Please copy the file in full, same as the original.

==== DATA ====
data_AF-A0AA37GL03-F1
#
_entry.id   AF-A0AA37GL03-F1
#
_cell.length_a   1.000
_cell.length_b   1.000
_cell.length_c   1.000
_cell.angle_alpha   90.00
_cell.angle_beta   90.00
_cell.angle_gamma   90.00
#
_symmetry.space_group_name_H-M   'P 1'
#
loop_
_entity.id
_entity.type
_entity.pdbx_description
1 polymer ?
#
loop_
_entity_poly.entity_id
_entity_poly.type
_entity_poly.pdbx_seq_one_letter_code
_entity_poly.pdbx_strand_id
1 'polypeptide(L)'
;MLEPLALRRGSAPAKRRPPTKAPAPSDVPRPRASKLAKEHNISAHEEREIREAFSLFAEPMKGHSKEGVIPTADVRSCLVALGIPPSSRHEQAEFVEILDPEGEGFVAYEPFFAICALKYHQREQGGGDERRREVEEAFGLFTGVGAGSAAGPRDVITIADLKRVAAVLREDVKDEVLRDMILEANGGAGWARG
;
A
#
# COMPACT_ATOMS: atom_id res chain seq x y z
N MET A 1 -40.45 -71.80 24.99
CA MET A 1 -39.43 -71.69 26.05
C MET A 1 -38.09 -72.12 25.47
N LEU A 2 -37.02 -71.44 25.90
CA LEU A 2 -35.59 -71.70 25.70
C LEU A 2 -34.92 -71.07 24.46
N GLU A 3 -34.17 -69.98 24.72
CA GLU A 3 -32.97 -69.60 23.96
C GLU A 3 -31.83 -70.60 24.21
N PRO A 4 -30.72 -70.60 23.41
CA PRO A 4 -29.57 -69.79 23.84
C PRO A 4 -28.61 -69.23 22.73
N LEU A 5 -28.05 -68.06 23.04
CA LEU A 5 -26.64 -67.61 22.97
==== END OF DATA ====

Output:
data_AF-A0AA37GL03-F1
#
_entry.id   AF-A0AA37GL03-F1
#
_cell.length_a   1.000
_cell.length_b   1.000
_cell.length_c   1.000
_cell.angle_alpha   90.00
_cell.angle_beta   90.00
_cell.angle_gamma   90.00
#
_symmetry.space_group_name_H-M   'P 1'
#
loop_
_entity.id
_entity.type
_entity.pdbx_description
1 polymer ?
#
loop_
_entity_poly.entity_id
_entity_poly.type
_entity_poly.pdbx_seq_one_letter_code
_entity_poly.pdbx_strand_id
1 'polypeptide(L)'
;MLEPLALRRGSAPAKRRPPTKAPAPSDVPRPRASKLAKEHNISAHEEREIREAFSLFAEPMKGHSKEGVIPTADVRSCLVALGIPPSSRHEQAEFVEILDPEGEGFVAYEPFFAICALKYHQREQGGGDERRREVEEAFGLFTGVGAGSAAGPRDVITIADLKRVAAVLREDVKDEVLRDMILEANGGAGWARG
;
A
#
# COMPACT_ATOMS: atom_id res chain seq x y z
N MET A 1 -40.45 -71.80 24.99
CA MET A 1 -39.43 -71.69 26.05
C MET A 1 -38.09 -72.12 25.47
N LEU A 2 -37.02 -71.44 25.90
CA LEU A 2 -35.59 -71.70 25.70
C LEU A 2 -34.92 -71.07 24.46
N GLU A 3 -34.17 -69.98 24.72
CA GLU A 3 -32.97 -69.60 23.96
C GLU A 3 -31.83 -70.60 24.21
N PRO A 4 -30.72 -70.60 23.41
CA PRO A 4 -29.57 -69.79 23.84
C PRO A 4 -28.61 -69.23 22.73
N LEU A 5 -28.05 -68.06 23.04
CA LEU A 5 -26.64 -67.61 22.97